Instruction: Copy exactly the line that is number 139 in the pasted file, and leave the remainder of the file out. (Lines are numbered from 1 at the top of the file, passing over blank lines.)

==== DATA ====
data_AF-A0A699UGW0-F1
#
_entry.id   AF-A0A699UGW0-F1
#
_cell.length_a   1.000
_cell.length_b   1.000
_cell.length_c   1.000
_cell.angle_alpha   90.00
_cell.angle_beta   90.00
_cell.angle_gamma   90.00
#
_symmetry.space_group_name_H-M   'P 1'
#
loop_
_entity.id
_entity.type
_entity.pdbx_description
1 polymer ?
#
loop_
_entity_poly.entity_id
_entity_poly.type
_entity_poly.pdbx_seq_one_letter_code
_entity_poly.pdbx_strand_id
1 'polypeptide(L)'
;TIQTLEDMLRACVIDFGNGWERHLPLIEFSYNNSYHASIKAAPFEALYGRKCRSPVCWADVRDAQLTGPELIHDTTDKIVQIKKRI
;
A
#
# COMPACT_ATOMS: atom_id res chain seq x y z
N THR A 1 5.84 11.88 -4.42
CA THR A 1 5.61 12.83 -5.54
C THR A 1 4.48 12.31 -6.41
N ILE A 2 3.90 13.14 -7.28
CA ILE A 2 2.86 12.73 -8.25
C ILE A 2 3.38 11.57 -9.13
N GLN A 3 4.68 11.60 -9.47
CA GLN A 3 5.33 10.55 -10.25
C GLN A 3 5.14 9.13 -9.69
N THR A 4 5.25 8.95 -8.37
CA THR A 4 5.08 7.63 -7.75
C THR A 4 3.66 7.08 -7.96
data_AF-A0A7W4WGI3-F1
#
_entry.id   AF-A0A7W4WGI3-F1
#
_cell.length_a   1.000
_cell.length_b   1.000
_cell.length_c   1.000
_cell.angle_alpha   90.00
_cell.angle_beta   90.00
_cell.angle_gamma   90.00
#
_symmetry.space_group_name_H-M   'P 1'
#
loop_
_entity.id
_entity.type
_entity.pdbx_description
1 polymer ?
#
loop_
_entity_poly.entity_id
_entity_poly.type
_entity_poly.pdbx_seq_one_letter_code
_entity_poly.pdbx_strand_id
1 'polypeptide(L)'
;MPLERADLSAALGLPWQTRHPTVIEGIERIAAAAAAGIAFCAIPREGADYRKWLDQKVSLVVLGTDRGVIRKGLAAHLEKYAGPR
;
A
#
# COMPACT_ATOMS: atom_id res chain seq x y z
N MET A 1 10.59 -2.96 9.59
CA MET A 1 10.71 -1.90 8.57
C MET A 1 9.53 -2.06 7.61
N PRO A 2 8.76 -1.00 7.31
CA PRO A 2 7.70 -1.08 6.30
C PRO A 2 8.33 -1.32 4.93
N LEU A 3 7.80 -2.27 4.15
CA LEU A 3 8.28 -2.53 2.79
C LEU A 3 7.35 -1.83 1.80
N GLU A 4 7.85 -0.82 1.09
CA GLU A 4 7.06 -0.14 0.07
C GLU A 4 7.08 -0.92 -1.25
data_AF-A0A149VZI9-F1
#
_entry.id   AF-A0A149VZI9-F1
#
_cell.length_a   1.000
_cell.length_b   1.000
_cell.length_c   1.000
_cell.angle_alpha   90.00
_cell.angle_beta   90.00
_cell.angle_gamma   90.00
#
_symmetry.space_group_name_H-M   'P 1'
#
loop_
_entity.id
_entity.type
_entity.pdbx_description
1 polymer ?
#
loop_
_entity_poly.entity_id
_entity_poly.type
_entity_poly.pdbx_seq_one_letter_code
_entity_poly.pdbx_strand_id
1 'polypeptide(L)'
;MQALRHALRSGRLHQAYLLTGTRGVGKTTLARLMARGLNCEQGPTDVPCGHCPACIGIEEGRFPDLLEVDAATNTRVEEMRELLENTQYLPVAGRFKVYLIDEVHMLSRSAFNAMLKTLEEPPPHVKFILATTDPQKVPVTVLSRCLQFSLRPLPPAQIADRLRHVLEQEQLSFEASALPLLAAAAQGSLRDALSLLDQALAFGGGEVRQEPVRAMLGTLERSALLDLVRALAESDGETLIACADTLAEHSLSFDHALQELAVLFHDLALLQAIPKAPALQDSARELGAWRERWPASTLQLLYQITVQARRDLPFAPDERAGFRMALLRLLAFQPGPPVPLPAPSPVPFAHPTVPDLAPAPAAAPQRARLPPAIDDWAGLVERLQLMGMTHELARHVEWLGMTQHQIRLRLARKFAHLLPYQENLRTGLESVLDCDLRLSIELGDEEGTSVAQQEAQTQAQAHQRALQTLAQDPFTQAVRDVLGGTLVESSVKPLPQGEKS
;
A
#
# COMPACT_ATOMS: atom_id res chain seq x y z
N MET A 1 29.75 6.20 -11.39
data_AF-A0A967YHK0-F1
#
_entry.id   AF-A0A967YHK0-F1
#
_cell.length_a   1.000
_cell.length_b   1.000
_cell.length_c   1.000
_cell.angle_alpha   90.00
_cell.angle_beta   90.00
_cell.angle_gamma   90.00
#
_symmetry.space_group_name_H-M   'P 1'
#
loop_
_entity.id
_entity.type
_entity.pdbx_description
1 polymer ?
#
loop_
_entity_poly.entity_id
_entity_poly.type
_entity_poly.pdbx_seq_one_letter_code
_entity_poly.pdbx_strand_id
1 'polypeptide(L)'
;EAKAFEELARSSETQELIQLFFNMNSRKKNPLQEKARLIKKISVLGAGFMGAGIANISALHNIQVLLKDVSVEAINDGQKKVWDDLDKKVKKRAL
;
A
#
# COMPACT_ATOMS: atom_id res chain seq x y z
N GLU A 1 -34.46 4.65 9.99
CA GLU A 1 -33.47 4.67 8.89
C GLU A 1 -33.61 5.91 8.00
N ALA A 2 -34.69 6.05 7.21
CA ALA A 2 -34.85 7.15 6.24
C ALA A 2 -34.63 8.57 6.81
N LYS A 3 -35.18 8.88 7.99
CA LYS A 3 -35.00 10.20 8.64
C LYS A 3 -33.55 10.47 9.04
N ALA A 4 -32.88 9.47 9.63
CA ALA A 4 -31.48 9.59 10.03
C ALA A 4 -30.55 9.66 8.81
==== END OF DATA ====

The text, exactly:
_entity_poly.pdbx_strand_id